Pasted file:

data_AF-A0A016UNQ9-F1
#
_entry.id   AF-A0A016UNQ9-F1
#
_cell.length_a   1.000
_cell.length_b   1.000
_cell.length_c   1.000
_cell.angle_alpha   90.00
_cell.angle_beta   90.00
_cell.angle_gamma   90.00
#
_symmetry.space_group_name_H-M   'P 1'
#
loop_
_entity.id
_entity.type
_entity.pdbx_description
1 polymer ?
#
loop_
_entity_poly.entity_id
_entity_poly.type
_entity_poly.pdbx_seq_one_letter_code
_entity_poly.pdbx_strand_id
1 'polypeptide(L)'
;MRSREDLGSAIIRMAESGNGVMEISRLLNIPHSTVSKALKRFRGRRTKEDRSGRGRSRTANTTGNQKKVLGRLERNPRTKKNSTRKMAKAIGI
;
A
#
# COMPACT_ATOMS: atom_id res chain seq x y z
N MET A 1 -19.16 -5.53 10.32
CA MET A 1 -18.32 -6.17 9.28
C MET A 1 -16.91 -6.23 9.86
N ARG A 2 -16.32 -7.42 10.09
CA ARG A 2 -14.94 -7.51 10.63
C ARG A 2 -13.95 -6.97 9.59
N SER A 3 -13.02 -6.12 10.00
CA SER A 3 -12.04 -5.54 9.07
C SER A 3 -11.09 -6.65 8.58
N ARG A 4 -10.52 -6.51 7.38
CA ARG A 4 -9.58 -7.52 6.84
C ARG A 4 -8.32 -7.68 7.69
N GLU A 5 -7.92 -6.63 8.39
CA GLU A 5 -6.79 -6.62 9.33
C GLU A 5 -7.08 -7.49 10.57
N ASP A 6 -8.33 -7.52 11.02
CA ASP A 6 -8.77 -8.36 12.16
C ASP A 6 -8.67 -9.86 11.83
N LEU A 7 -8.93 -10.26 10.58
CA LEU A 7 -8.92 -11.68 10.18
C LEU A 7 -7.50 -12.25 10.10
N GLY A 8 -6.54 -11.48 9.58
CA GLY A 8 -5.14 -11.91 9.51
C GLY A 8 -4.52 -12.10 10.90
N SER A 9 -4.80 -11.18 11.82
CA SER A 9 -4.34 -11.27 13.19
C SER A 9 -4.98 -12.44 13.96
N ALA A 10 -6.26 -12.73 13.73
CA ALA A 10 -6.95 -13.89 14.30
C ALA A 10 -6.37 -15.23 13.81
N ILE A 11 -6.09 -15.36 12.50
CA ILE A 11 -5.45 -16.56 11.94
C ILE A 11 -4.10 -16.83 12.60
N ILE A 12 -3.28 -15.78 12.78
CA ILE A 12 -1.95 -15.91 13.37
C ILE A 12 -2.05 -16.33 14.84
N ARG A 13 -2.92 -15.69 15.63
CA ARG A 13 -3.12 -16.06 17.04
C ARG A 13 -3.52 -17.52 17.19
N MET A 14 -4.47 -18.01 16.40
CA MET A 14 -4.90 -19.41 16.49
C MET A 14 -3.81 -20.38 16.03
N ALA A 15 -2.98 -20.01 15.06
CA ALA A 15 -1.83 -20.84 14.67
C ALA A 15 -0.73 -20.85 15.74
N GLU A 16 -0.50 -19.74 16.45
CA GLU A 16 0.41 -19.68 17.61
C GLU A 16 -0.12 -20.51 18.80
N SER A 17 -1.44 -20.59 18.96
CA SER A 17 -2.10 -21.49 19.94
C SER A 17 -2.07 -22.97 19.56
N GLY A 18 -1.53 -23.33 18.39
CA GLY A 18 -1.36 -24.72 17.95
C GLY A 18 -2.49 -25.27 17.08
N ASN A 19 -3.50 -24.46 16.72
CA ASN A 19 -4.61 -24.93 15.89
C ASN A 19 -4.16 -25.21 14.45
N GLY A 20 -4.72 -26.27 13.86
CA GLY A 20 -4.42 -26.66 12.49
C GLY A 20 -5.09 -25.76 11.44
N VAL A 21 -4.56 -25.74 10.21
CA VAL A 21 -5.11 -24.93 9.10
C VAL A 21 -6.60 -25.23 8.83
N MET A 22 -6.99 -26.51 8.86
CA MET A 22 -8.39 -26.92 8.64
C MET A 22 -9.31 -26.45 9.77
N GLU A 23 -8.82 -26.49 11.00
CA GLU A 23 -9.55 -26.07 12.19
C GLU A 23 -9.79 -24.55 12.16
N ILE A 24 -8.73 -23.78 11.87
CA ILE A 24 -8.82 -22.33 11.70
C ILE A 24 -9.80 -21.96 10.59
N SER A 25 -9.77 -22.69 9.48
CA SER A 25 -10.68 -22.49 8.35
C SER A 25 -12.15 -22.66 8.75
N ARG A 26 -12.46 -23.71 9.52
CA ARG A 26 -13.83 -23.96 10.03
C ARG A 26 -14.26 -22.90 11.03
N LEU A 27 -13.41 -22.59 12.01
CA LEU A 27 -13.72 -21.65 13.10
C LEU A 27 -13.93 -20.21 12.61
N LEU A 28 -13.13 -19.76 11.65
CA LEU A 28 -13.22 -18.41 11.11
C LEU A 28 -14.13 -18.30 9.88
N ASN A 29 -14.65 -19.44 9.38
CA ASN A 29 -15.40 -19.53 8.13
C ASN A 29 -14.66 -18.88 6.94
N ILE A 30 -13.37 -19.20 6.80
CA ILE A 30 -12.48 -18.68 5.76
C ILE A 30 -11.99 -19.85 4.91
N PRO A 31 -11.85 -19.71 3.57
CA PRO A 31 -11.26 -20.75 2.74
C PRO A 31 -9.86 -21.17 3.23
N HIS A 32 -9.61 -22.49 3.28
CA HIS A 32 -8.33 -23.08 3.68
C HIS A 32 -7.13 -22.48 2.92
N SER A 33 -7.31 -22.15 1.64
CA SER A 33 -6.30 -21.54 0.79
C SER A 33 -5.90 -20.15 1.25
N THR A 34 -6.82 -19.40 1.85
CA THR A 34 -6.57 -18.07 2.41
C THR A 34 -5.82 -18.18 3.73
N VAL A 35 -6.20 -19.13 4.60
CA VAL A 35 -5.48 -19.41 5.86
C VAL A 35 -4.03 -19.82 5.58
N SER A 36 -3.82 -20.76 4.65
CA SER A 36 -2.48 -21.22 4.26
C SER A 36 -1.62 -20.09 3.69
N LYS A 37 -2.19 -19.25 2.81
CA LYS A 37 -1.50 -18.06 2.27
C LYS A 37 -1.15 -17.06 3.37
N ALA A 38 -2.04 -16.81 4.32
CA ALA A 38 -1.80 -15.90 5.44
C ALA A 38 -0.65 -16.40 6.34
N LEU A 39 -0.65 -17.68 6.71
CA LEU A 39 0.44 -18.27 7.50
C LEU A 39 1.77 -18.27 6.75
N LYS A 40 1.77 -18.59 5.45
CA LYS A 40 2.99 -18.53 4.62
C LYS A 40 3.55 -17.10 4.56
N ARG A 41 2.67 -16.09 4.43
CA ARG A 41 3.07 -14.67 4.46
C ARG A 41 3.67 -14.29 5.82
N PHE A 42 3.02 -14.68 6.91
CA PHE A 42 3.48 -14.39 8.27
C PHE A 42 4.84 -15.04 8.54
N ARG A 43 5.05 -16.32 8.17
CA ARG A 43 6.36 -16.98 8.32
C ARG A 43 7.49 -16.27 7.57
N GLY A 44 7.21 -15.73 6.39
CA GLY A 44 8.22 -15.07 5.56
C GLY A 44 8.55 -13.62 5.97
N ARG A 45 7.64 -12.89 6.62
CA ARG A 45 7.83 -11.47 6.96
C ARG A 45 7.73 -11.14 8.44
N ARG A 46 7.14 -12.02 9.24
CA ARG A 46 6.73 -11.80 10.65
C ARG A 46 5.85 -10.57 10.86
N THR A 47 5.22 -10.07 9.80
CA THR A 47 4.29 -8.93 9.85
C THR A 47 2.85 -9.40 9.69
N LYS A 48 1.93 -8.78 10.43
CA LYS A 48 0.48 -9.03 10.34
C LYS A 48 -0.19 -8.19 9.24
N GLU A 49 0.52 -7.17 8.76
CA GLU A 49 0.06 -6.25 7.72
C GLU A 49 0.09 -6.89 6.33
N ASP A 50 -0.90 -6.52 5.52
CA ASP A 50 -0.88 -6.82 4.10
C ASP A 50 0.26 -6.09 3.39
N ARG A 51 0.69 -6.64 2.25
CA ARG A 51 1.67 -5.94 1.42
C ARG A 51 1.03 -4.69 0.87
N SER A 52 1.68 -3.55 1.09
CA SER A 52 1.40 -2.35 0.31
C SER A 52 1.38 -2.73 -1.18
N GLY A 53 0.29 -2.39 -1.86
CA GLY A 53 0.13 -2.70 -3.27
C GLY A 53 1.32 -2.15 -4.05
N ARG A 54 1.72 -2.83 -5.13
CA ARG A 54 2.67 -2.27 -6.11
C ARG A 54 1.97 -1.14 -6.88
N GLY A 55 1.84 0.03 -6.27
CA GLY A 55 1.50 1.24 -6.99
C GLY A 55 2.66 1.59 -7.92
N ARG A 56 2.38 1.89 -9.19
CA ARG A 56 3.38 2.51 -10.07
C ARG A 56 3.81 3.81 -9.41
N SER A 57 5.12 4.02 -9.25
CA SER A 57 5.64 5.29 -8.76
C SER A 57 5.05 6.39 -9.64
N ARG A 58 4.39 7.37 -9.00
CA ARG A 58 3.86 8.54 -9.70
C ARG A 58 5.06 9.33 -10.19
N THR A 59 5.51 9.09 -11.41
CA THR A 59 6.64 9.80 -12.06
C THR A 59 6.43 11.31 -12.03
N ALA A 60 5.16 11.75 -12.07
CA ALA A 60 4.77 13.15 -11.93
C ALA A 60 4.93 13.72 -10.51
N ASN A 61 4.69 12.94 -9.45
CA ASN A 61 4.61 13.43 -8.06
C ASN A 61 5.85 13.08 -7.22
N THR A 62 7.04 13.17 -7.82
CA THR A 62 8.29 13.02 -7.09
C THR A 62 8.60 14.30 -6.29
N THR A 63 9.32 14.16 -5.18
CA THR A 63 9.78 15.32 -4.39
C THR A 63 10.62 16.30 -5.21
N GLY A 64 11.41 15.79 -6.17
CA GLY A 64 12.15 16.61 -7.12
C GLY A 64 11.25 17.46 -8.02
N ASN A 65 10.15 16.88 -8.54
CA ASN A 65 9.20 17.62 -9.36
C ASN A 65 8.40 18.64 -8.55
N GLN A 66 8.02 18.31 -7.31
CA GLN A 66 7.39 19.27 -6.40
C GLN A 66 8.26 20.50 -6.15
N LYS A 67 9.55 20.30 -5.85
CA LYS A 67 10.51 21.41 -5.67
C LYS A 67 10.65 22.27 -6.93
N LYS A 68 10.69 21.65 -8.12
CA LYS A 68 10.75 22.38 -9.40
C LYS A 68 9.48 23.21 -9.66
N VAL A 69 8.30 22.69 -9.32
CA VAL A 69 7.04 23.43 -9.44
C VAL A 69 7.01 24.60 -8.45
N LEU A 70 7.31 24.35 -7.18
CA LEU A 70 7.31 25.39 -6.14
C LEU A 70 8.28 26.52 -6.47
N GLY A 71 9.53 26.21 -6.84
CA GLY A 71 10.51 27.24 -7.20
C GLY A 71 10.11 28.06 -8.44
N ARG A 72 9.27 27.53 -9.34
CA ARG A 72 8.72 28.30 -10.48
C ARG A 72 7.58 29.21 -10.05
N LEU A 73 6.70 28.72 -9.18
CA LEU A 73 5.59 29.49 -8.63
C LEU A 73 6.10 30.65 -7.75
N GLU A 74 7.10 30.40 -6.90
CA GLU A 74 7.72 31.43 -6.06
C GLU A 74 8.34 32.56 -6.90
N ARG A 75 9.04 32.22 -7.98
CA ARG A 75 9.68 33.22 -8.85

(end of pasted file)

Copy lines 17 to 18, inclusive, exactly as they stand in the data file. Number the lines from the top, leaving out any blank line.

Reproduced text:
_entity.pdbx_description
1 polymer ?